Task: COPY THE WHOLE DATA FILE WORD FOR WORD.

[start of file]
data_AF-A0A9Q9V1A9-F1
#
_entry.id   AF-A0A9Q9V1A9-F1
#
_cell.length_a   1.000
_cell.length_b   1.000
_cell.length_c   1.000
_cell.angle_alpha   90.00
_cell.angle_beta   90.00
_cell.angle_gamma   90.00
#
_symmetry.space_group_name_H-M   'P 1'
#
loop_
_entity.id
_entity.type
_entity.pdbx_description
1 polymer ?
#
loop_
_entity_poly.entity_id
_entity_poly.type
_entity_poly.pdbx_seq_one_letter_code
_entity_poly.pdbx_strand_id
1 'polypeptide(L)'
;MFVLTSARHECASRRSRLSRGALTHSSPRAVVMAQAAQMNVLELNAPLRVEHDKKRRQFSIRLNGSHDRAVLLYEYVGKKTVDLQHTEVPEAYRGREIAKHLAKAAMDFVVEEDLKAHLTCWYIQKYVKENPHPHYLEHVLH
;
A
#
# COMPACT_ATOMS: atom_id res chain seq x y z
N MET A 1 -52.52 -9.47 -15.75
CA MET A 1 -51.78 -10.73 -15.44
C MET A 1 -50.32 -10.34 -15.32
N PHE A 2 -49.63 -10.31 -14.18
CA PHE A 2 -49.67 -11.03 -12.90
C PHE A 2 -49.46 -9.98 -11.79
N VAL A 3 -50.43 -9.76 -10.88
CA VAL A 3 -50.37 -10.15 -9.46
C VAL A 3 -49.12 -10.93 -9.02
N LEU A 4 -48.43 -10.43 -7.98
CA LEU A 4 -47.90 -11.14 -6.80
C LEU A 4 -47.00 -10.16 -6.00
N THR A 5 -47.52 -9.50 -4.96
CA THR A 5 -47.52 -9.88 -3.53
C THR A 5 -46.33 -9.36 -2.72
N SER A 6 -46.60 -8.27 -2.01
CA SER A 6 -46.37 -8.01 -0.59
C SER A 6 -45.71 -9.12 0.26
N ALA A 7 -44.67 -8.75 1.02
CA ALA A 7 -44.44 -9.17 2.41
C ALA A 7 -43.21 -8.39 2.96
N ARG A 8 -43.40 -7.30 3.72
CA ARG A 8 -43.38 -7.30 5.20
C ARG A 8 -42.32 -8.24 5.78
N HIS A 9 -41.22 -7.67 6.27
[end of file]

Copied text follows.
data_AF-A0A9Q9V1A9-F1
#
_entry.id   AF-A0A9Q9V1A9-F1
#
_cell.length_a   1.000
_cell.length_b   1.000
_cell.length_c   1.000
_cell.angle_alpha   90.00
_cell.angle_beta   90.00
_cell.angle_gamma   90.00
#
_symmetry.space_group_name_H-M   'P 1'
#
loop_
_entity.id
_entity.type
_entity.pdbx_description
1 polymer ?
#
loop_
_entity_poly.entity_id
_entity_poly.type
_entity_poly.pdbx_seq_one_letter_code
_entity_poly.pdbx_strand_id
1 'polypeptide(L)'
;MFVLTSARHECASRRSRLSRGALTHSSPRAVVMAQAAQMNVLELNAPLRVEHDKKRRQFSIRLNGSHDRAVLLYEYVGKKTVDLQHTEVPEAYRGREIAKHLAKAAMDFVVEEDLKAHLTCWYIQKYVKENPHPHYLEHVLH
;
A
#
# COMPACT_ATOMS: atom_id res chain seq x y z
N MET A 1 -52.52 -9.47 -15.75
CA MET A 1 -51.78 -10.73 -15.44
C MET A 1 -50.32 -10.34 -15.32
N PHE A 2 -49.63 -10.31 -14.18
CA PHE A 2 -49.67 -11.03 -12.90
C PHE A 2 -49.46 -9.98 -11.79
N VAL A 3 -50.43 -9.76 -10.88
CA VAL A 3 -50.37 -10.15 -9.46
C VAL A 3 -49.12 -10.93 -9.02
N LEU A 4 -48.43 -10.43 -7.98
CA LEU A 4 -47.90 -11.14 -6.80
C LEU A 4 -47.00 -10.16 -6.00
N THR A 5 -47.52 -9.50 -4.96
CA THR A 5 -47.52 -9.88 -3.53
C THR A 5 -46.33 -9.36 -2.72
N SER A 6 -46.60 -8.27 -2.01
CA SER A 6 -46.37 -8.01 -0.59
C SER A 6 -45.71 -9.12 0.26
N ALA A 7 -44.67 -8.75 1.02
CA ALA A 7 -44.44 -9.17 2.41
C ALA A 7 -43.21 -8.39 2.96
N ARG A 8 -43.40 -7.30 3.72
CA ARG A 8 -43.38 -7.30 5.20
C ARG A 8 -42.32 -8.24 5.78
N HIS A 9 -41.22 -7.67 6.27